Where: Right tackle

Why: The Chargers had one of the more underrated offensive seasons last year, with an efficient and explosive passing offense combining with a dynamic run game. The right tackle position is a huge factor in both the run-game and in pass protection, so Fluker's play will be a big factor (many defenses are now sending their best pass rushers off of the offensive right side).

With a year of experience under his belt and hopefully some time to heal a nagging knee injury, Fluker could break out as one of the better right tackles in the NFL.


Howard Smith-USA TODAY Sports

How: Consistency is the big thing. Continued intensity and nastiness in both phases.

LB Manti T'eo

Who: T'eo was the 38th overall pick in the 2013 NFL Draft, falling out of the first round, partly due to concerns over his speed, and partly because of the negative press around his fake-relationship controversy. He suffered a foot injury in the preseason and missed the first four games, and the injury reportedly bothered him all year (he had surgery in January).

Where: Inside linebacker

Why: T'eo should be more healthy heading into his second season and the distractions from the girlfriend hoax should be further in the rearview, meaning he can better concentrate on playing football. After up-and-down play his rookie year, the former Golden Domer will look to prove his one-time billing as a first-round prospect was warranted. The experience he gained in year one will be indispensable. As Philip Rivers recently pointed out, "There's nothing like game reps. There's just nothing that can be substituted for them. Having a year under your belt of playing, your confidence, your understanding of what's expected and what may happen and not happen is at a whole new level."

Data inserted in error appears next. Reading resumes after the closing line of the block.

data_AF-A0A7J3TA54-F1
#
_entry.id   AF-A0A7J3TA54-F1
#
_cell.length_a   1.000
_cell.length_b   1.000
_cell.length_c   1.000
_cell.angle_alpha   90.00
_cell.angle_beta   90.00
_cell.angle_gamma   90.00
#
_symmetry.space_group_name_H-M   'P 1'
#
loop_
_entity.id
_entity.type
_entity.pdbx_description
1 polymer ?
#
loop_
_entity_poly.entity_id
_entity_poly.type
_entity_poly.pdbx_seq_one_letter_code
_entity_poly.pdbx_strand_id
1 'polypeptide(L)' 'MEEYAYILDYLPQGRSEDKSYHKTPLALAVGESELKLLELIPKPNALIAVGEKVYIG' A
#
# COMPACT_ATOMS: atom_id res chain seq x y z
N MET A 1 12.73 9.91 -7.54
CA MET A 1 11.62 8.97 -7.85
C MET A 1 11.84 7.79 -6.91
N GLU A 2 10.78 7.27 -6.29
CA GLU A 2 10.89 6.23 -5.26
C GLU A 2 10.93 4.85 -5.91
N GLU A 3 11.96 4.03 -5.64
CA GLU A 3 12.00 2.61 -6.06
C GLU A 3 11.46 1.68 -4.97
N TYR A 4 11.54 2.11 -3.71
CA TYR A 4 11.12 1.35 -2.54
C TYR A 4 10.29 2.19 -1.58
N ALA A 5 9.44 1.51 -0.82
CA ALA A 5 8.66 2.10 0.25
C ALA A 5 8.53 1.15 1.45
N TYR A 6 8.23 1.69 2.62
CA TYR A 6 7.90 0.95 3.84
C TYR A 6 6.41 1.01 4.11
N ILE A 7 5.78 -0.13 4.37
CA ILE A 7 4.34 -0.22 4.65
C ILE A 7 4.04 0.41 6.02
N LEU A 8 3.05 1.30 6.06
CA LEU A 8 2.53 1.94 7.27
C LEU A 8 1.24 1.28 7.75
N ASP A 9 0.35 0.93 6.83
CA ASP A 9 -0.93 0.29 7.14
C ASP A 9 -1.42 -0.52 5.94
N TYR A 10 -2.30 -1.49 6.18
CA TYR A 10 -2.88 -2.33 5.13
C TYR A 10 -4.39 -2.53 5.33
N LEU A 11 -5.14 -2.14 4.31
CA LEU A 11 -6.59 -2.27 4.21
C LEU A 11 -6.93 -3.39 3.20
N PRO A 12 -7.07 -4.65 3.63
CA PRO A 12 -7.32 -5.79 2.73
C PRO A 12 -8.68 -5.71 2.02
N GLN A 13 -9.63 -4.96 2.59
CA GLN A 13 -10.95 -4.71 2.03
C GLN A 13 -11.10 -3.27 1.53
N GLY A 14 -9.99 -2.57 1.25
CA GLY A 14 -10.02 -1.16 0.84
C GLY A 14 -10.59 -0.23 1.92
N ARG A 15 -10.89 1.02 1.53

T'eo agreed. "Whenever you get reps, good or bad, theres always positives. When you make a play it's good, when you don't make a play, you learn what not to do the next time. Definitely me getting in the game are the positives I took from last year. That I'm in the NFL, I can compete, and I got a lot to work on and move on from there."

How: Like Allen and Fluker, consistency is a big thing to focus on for T'eo. He struggled playing the run his first year so better understanding of his gaps and reads will be a big deal. Getting his foot healthy should help with his speed and reaction time.

DE Kendall Reyes

Who: Reyes was the Chargers second-round pick in 2012, 49th overall, out of UConn. He made the ESPN All-Rookie team in 2012, and followed that up with a 2013 campaign in which he registered 5.5 sacks, 23 QB hurries, and 9 tackles for a loss.

Where: Left defensive end

Why: Reyes has shown promise but will need to bring his A-game in 2014 opposite Corey Liuget in the Chargers 34 front. He graded out very poorly vs. the run per Pro Football Focus' tracking last season, but showed improvement in that area later in the year. He'll want to build on that, while continuing to refine his pass rush.


Kirby Lee-USA TODAY Sports

How: Reyes will need to improve in his run defense to really break out in 2014 and live up to his 2nd round draft position. Occupying blockers, manning multiple gaps, and still managing to add in a little pass rush is no easy task, of course.

OLB Melvin Ingram

Who: The Chargers picked Ingram 18th overall in 2012. The South Carolina star was hailed as highly-talented but short-armed for a pass rusher and lacking a true position. He played in all 16 games his rookie season, showing a lot of potential, but then missed almost all of 2013 with a torn ACL. He came back in Week 14, only seven months after the injury, and again showed some potential in the Chargers' defense, including an interception in San Diego's playoff game vs. the Bengals.

Where: Outside linebacker

Why: Ingram will finally be healthy again heading into this season, and will have the chance to prove he was worth the 18th overall pick. To do this, he'll look to improve on his sack production (just two so far in his career) while continuing to play the run well. His versatility is a bonus. Lindy's listed him as the Chargers' candidate as a breakout player in 2014, noting that "He quickly showed why he was a first-round pick in 2012, playing with a burst and energy off the edge which seemed to be contagious to the defensive unit. Ingram could blossom this year, especially if veteran Dwight Freeney returns to form to take attention from blockers away from Ingram."


Christopher Hanewinckel-USA TODAY Sports

How: Ingram uses his size (6'2, 265) well to play the run and take on blocks, but will need to show he's also a capable pass rusher for the Chargers. The left outside linebacker position in a 3-4 is often asked to drop back into pass coverage as well, and Ingram's shown surprising fluidity dropping into space. If he can put these areas together and play at a consistently high-level at all three, he'll earn that "breakout player" distinction.